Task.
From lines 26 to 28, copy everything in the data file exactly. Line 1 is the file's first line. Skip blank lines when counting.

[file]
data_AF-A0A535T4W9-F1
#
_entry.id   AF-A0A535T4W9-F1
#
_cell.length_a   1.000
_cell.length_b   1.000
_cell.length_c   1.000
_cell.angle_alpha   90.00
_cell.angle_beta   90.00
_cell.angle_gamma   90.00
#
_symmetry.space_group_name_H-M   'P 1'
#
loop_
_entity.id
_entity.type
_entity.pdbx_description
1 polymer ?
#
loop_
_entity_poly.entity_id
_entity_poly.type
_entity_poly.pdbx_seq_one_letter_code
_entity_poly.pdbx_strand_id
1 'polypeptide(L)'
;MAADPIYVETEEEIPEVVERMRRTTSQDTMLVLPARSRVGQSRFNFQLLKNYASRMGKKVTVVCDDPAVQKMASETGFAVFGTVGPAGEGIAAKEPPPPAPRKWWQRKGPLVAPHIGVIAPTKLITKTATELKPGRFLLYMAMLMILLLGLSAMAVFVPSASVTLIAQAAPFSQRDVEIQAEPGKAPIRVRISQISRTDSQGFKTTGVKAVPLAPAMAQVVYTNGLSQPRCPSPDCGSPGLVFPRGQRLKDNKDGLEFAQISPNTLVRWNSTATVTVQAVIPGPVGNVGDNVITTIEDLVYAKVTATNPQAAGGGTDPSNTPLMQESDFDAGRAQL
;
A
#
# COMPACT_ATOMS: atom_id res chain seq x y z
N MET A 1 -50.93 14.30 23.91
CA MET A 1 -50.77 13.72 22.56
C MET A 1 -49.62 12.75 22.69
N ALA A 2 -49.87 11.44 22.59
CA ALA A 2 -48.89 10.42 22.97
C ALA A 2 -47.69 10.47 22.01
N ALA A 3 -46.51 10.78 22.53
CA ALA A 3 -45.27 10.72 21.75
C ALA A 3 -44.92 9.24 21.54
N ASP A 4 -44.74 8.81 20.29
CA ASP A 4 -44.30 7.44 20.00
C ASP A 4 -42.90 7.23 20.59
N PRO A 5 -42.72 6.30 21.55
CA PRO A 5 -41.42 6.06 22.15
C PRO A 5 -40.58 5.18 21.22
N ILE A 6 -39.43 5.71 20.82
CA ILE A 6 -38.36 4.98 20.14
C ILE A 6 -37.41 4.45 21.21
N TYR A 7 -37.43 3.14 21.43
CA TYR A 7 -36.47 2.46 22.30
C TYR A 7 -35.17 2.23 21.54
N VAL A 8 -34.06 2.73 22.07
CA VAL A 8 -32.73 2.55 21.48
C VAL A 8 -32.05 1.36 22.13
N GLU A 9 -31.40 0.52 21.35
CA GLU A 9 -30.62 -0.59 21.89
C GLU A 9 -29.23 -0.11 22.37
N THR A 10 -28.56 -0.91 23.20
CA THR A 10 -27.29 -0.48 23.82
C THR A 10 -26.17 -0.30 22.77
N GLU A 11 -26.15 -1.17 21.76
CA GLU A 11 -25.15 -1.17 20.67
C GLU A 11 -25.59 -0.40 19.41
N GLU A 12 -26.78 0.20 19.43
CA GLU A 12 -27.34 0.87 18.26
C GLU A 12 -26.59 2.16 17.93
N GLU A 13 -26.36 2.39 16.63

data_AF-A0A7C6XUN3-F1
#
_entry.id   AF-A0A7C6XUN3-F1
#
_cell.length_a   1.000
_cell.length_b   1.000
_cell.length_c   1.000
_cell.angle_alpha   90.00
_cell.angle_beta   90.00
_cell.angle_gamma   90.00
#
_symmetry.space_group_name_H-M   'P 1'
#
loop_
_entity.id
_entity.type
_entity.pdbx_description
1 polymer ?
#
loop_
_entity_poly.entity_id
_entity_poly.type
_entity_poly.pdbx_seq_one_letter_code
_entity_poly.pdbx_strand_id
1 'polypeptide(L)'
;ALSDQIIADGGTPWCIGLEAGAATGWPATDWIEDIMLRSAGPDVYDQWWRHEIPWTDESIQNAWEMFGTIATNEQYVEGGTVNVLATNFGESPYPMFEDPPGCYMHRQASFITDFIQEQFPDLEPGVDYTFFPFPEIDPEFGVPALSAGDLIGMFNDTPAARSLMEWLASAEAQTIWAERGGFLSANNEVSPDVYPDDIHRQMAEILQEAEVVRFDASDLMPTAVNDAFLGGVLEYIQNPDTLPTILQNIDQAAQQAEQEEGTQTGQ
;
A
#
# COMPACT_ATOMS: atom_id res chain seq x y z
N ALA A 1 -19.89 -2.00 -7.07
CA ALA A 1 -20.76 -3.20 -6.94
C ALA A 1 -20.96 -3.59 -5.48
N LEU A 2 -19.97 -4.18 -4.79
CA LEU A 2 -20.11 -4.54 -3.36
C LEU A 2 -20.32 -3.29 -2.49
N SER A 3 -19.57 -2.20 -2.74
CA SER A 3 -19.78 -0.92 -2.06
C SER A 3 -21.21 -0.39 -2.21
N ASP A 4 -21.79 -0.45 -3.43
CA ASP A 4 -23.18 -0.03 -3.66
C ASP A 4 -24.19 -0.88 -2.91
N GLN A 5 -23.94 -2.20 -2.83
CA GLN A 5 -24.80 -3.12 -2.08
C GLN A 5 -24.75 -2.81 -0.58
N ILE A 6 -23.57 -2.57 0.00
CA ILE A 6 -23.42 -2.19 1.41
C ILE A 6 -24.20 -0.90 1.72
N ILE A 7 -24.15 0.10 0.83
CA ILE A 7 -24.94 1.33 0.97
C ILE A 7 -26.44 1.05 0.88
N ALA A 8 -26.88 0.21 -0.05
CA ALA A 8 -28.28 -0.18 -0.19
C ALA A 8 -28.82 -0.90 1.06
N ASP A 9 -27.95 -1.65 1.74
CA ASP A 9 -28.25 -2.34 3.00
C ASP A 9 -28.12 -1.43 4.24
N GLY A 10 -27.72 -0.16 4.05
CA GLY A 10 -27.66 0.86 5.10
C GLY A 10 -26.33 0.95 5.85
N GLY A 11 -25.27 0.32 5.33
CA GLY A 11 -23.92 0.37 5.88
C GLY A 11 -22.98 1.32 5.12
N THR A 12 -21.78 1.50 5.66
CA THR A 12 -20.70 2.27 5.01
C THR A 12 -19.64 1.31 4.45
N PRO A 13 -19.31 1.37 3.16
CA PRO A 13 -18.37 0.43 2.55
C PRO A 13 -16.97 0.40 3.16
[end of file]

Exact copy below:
;MAADPIYVETEEEIPEVVERMRRTTSQDTMLVLPARSRVGQSRFNFQLLKNYASRMGKKVTVVCDDPAVQKMASETGFAVFGTVGPAGEGIAAKEPPPPAPRKWWQRKGPLVAPHIGVIAPTKLITKTATELKPGRFLLYMAMLMILLLGLSAMAVFVPSASVTLIAQAAPFSQRDVEIQAEPGKAPIRVRISQISRTDSQGFKTTGVKAVPLAPAMAQVVYTNGLSQPRCPSPDCGSPGLVFPRGQRLKDNKDGLEFAQISPNTLVRWNSTATVTVQAVIPGPVGNVGDNVITTIEDLVYAKVTATNPQAAGGGTDPSNTPLMQESDFDAGRAQL
;
A